We had now crossed Botswana from the Kalahari in the west and were not far from the border with Zimbabwe in the east and now planned to ride northwards to Zambia. We had been told by nearly everyone we met that the roads were bad, and I suppose they were, but our KTMs had no problem making progress along overladen truck destroyed roads that were reduced to gravel, sand and huge potholes. A particularly long stretch that actually went through a game park was described by many 4×4 drivers we encountered as particularly bad, but our bikes were made for such surfaces and had no problems at all.
For some reason our four wheeled cousins were having a bad time of it and we saw many broken down vehicles, and on one particular occasion a South African “bakkie” that had been towing a trailer tent upside down with all the contents of the trailer strewn about. We saw the occupants sitting by the side of the road and stopped to ask them if they were alright. They were, but a Botswana ambulance arrived shortly afterwards and also some park rangers. I suppose it would be bad luck to survive a car crash in the bush and then get eaten by the local wildlife. Judging by the extensive damage to the bakkie and the complete destruction of the trailer tent it was probably the end of their own particular expedition.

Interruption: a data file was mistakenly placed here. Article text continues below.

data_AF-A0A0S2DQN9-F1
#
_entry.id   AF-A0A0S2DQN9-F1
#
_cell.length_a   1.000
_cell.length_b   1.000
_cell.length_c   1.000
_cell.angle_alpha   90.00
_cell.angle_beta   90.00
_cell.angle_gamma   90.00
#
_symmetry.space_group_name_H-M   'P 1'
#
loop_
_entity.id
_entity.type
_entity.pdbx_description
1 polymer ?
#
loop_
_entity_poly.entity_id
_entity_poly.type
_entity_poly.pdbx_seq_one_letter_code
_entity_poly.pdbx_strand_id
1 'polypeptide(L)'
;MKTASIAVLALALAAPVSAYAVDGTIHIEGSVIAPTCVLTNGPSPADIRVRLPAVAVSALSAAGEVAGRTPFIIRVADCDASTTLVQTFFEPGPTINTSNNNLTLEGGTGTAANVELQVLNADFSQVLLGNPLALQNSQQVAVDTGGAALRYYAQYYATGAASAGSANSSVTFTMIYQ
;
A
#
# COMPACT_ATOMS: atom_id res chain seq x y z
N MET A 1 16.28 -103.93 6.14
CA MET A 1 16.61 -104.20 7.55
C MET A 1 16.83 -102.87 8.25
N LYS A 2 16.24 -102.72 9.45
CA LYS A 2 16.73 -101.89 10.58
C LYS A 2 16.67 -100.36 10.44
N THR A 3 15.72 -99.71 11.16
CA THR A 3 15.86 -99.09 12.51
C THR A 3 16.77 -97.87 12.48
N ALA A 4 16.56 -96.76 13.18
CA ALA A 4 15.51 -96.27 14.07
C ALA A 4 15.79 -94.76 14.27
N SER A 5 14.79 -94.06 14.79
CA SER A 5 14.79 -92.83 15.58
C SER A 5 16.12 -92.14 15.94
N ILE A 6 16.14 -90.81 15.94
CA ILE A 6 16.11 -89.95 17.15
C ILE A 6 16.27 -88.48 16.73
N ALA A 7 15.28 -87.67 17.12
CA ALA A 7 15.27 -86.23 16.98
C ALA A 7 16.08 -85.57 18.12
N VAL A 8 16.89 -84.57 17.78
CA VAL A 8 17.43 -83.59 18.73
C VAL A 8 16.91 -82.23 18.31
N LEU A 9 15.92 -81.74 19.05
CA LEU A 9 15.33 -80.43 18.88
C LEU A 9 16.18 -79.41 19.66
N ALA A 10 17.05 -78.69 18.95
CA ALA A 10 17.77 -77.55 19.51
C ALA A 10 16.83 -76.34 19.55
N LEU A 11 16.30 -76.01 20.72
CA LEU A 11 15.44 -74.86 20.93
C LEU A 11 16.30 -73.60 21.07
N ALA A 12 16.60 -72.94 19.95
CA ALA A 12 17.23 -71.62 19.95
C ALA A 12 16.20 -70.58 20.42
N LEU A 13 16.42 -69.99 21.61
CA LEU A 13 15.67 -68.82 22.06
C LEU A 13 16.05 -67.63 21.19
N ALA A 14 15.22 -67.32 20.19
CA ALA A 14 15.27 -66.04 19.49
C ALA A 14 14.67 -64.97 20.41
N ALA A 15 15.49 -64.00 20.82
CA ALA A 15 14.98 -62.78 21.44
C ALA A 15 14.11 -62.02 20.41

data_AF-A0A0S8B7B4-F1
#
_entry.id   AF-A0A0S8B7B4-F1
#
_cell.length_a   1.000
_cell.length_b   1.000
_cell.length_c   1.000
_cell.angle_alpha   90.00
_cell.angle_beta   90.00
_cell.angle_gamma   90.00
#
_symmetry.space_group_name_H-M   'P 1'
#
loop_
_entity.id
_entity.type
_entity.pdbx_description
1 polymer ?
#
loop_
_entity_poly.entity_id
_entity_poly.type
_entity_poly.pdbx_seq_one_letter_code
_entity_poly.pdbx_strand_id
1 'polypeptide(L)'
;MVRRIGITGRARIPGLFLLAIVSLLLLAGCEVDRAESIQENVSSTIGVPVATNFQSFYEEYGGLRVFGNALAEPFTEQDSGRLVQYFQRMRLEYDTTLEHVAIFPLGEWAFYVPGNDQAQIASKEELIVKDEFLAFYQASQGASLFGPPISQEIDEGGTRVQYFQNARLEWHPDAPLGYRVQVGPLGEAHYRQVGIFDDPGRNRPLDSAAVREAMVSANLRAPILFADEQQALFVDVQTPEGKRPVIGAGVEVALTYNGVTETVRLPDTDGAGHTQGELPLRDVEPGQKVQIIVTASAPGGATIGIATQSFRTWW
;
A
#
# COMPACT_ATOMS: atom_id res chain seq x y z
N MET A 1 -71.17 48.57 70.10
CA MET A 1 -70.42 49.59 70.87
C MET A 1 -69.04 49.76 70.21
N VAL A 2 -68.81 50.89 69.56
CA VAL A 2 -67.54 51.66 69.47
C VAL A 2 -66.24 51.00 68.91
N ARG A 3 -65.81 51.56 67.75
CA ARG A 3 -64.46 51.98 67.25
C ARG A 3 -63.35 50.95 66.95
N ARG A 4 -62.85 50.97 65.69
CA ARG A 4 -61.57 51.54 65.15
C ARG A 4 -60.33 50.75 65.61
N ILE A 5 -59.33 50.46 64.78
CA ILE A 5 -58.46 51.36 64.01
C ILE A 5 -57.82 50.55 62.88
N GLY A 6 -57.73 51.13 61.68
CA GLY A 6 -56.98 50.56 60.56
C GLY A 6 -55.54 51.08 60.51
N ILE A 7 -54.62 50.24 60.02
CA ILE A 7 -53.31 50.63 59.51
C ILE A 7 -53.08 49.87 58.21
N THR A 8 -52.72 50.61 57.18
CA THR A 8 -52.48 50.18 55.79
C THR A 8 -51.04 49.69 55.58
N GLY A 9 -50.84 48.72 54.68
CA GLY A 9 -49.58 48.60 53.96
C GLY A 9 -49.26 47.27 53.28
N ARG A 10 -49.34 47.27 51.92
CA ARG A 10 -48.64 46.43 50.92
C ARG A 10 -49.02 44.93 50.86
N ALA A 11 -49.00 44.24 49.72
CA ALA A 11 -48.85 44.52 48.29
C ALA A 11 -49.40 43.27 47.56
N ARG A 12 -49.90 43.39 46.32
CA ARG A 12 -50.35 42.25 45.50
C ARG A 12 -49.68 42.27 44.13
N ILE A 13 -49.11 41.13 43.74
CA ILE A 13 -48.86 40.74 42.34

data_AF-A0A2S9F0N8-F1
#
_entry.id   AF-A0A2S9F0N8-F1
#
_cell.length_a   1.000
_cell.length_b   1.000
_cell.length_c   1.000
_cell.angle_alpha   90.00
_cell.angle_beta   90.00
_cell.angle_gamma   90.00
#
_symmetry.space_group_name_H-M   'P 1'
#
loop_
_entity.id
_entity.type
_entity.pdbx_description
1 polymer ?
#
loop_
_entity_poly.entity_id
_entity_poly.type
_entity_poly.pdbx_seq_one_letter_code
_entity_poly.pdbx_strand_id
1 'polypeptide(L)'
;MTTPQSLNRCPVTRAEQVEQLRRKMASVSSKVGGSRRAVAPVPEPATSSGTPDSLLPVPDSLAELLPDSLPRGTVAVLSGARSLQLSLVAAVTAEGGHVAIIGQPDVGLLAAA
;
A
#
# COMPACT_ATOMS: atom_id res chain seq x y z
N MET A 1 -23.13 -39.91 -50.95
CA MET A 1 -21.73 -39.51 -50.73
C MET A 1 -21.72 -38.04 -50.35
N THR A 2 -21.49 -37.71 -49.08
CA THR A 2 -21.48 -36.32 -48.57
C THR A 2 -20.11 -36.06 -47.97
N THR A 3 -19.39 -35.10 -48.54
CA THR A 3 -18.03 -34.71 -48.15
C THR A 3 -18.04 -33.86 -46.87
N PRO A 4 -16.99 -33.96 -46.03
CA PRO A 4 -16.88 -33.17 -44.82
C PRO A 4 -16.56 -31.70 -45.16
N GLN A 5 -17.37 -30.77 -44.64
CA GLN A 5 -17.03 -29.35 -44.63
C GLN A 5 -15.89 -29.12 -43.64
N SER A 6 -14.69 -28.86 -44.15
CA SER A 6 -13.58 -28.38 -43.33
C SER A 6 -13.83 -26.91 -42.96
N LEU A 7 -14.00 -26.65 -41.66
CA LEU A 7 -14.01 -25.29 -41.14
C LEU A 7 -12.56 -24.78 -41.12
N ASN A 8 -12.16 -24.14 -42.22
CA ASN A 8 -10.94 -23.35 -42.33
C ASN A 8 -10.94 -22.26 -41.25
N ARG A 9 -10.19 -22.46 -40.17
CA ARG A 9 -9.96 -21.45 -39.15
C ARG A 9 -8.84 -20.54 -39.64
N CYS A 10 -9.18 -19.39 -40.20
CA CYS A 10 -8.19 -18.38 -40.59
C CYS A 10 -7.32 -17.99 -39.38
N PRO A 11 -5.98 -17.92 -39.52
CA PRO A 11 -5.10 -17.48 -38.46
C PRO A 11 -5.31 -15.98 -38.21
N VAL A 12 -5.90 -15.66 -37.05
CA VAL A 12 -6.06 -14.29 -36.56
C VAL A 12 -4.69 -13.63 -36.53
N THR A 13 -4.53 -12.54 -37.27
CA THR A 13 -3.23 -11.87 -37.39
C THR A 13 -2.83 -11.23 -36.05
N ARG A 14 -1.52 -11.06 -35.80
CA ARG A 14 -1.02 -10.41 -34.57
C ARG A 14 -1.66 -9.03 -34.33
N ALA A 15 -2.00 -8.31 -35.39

We actually saw quite a few accidents involving 4×4 vehicles on our trip through Africa, and I would venture the cause in most cases was because they were driving too fast on gravel surfaces or suddenly hit huge potholes and lost control. Often they rolled their vehicles causing serious damage and occasionally serious injury to the occupants. Given all this we still saw far too many 4×4 cars driving too fast and taking too many risks. Like motorcycling it takes experience and skill to rally race on sand and gravel.